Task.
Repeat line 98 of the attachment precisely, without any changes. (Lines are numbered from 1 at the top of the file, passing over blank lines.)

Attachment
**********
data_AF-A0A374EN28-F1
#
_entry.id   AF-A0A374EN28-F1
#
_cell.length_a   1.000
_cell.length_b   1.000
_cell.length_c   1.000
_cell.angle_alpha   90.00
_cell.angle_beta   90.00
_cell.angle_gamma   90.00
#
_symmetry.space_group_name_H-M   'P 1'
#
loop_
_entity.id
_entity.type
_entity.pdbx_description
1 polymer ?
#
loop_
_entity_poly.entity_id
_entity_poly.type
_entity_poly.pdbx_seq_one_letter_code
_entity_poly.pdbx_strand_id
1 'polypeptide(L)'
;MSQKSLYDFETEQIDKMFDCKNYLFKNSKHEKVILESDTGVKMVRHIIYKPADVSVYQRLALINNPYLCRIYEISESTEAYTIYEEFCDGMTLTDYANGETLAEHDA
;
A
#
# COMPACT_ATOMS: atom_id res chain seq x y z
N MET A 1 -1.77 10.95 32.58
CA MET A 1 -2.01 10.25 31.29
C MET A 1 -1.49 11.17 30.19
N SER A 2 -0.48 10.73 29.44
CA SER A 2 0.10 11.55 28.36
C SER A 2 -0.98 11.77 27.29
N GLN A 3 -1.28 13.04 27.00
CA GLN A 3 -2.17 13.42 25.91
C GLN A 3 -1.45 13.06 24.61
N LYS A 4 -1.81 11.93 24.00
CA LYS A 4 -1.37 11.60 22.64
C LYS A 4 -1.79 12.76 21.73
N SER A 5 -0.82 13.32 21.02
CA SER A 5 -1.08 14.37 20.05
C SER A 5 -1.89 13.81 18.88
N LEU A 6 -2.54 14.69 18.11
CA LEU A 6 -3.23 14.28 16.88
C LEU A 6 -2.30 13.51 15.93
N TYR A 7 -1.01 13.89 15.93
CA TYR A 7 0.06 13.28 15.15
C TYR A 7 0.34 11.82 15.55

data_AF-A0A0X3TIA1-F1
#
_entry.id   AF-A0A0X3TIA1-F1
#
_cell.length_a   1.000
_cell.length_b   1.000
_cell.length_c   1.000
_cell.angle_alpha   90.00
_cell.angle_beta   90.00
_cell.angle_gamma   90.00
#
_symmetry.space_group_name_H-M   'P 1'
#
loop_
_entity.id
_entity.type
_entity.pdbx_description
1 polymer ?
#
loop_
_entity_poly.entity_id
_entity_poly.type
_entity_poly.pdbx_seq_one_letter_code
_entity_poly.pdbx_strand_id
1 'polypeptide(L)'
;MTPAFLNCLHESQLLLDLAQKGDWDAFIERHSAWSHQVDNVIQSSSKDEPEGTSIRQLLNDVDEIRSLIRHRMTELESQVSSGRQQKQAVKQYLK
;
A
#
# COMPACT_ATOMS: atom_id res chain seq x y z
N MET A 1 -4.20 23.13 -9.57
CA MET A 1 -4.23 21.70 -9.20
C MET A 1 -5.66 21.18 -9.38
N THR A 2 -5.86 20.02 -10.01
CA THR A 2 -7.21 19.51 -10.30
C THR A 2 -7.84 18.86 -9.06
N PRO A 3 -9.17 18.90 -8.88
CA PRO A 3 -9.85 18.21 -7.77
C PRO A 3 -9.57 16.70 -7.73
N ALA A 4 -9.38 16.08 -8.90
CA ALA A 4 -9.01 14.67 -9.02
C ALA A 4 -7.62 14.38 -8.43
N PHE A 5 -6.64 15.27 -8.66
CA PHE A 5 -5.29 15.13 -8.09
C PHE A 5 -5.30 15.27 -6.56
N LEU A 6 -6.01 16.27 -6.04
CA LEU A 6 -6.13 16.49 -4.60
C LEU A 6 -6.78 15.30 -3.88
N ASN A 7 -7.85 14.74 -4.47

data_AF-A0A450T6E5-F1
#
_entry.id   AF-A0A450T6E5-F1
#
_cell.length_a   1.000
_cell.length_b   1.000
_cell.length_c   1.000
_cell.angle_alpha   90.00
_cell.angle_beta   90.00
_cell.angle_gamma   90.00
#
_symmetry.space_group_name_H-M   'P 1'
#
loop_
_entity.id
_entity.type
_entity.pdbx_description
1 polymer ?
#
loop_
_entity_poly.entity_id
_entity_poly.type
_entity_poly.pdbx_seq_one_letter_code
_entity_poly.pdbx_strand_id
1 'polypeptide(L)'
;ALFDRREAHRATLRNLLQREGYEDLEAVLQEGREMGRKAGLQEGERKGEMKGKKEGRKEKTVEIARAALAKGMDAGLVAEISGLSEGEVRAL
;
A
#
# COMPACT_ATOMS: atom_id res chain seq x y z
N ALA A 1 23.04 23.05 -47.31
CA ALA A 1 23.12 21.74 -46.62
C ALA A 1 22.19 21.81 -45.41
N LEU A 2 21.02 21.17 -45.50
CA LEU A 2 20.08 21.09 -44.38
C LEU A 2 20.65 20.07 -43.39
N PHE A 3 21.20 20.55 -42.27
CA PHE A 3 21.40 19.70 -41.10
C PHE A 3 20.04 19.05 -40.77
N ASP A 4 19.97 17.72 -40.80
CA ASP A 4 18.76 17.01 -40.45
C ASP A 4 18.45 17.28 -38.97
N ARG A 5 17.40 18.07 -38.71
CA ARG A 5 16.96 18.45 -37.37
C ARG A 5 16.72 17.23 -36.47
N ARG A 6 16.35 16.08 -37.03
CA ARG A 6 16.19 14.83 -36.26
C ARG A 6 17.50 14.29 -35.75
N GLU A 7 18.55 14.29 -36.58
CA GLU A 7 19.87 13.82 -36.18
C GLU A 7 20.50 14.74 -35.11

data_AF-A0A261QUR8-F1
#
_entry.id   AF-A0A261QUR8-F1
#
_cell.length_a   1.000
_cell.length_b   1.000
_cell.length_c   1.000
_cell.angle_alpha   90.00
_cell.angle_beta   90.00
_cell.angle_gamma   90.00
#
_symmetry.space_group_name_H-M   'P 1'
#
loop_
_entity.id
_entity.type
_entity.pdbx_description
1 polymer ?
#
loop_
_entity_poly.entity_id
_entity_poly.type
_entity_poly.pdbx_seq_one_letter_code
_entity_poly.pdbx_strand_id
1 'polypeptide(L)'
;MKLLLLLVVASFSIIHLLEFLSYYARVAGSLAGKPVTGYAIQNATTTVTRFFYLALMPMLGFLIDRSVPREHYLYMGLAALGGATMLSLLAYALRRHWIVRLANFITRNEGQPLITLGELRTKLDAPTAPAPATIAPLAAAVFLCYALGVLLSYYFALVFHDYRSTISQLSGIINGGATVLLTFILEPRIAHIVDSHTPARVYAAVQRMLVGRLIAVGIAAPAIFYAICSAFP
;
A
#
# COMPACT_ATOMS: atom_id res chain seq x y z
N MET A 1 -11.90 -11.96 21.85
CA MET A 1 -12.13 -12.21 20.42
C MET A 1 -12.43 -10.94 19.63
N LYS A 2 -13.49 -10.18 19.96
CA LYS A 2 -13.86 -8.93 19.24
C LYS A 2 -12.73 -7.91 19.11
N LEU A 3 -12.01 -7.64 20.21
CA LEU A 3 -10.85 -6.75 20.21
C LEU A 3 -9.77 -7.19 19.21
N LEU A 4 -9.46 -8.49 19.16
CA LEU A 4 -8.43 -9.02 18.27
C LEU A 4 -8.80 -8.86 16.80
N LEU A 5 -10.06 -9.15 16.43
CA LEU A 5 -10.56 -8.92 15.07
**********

CA LEU A 6 -6.13 16.49 -4.60